High Blood Pressure at the Doctor’s Office May Be Riskier Than You Think

People with untreated “white coat hypertension” may be at higher risk for death from heart disease than those with normal blood pressure.

doctor taking blood pressure

Blood pressure that’s usually normal but becomes elevated in the doctor’s office is a possible warning sign of heart trouble that shouldn’t be ignored.

This phenomenon, known as “white coat hypertension” (since doctors typically wear white lab coats), was once generally dismissed as a temporary issue related to the stress or anxiety of a doctor visit. But a growing body of evidence challenges this view, suggesting that untreated white coat high blood pressure is linked to an increased risk for heart attack and early death.

An analysis of 27 observational studies, involving more than 64,000 people who were followed for three to 19 years, found that those with untreated white coat hypertension were twice as likely to die from heart disease than people with normal blood pressure. They were also much more likely to have a heart-related event, particularly if they were older and had other risk factors for heart disease.

The analysis, published in June 2019 in Annals of Internal Medicine, also found that people who had white coat high blood pressure despite receiving treatment for hypertension were not at higher risk of death from heart disease. The researchers concluded that those who experience episodes of high blood pressure in the doctor’s office should adopt heart-healthy lifestyle habits, including following a healthy diet, exercising regularly, maintaining a healthy weight, curbing alcohol intake, and not smoking. They also pointed to a need for more widespread use of out-of-office blood pressure screening, also known as ambulatory blood pressure monitoring.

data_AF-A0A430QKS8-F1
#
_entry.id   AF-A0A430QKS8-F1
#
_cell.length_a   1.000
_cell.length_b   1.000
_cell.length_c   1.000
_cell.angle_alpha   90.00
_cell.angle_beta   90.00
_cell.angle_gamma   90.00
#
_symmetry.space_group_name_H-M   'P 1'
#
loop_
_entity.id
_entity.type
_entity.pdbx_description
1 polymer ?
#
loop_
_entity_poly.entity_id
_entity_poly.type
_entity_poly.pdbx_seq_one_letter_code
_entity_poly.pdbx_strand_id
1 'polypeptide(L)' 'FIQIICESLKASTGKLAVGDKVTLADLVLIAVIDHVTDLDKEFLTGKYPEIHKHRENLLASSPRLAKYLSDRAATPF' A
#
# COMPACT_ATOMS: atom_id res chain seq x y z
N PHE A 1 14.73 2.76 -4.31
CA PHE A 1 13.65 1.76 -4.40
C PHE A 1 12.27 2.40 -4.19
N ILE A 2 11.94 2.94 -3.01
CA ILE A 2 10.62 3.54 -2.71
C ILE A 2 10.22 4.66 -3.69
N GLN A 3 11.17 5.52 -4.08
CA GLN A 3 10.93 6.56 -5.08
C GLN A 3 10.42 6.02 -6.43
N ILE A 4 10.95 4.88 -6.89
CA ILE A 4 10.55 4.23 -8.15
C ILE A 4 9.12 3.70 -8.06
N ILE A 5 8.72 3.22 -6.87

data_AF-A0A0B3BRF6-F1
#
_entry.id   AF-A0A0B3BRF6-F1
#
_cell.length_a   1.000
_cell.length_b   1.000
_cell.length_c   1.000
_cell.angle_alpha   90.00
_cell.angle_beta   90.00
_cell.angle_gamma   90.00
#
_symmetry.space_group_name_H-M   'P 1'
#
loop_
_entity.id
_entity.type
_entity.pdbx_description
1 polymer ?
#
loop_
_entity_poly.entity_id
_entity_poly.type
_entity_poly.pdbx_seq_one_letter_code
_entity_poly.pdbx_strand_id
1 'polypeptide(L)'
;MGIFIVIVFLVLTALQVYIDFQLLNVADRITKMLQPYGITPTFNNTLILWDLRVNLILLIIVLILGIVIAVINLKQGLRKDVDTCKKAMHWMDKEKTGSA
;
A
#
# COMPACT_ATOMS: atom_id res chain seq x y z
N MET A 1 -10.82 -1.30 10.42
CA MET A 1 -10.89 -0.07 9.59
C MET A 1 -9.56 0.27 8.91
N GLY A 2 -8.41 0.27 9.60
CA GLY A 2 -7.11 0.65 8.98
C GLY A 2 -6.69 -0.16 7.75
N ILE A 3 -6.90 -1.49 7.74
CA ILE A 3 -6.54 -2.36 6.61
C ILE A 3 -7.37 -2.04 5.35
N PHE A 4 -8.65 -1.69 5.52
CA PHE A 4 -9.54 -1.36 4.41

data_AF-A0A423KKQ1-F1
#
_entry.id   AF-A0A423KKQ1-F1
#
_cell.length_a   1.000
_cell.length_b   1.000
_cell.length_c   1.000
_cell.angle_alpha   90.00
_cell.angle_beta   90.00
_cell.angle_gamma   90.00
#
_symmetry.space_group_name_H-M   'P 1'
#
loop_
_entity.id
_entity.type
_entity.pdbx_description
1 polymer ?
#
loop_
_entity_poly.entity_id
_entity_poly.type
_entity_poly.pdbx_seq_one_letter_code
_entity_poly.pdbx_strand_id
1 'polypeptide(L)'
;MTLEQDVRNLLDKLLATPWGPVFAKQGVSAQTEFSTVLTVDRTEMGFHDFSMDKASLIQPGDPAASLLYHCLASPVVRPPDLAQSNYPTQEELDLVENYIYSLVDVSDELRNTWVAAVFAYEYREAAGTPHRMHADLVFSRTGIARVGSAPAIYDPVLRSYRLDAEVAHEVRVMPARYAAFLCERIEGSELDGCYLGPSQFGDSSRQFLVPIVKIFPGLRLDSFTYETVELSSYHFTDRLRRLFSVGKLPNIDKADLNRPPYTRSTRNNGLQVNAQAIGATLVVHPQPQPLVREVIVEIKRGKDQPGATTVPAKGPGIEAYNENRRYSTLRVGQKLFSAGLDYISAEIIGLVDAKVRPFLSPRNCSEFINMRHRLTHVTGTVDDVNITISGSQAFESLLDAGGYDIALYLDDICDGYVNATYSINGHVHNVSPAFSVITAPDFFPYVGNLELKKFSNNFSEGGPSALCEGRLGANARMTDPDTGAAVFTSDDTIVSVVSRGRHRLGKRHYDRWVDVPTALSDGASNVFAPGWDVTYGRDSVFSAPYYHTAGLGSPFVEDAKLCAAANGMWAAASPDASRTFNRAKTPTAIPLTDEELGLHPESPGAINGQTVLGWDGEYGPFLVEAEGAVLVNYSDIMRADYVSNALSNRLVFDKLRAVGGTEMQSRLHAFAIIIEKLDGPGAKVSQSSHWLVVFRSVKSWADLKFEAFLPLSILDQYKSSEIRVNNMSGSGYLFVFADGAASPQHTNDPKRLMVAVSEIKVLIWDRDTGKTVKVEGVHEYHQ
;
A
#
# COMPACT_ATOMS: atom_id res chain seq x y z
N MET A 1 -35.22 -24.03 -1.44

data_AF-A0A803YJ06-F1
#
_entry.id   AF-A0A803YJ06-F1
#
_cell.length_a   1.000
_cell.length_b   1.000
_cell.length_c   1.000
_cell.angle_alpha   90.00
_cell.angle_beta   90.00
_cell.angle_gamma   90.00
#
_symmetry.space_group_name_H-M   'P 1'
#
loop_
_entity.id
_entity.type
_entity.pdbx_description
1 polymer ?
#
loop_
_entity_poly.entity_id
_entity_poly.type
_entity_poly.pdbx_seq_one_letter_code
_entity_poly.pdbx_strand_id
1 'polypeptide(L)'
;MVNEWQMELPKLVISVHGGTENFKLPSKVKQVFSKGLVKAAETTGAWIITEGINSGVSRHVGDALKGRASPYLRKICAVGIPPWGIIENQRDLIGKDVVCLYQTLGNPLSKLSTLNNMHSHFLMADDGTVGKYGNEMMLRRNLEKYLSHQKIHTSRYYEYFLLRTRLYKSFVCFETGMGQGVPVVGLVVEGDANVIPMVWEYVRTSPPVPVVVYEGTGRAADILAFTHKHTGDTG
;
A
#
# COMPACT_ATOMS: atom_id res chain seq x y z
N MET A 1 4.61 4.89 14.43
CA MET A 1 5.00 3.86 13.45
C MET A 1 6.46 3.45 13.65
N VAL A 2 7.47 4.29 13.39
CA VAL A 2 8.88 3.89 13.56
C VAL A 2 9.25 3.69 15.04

Signs of a larger health issue

Doctors have long worried that white coat hypertension could lead to unnecessary treatment. If a patient is diagnosed with high blood pressure at the doctor's office, they may be given medications to lower it, when in fact their blood pressure is normal.

But mounting research suggests white coat hypertension shouldn’t be ignored. A separate 2018 Spanish study of more than 63,000 mostly white patients found that when compared to those with steadily normal blood pressure, people who experienced the white coat effect had a 79 percent higher risk of death.

Why might this be the case? The reasoning goes that white coat hypertension may signal that a person is prone to stress, which can have an effect on heart health. If a patient's blood pressure is affected by the anxiety of seeing a physician, it's likely affected by many other factors.

Expert panels, including the U.S. Preventive Services Task Force (USPSTF), recommend out-of-office blood pressure screening to confirm a diagnosis of white coat hypertension before treatment for high blood pressure begins.

Monitoring blood pressure at home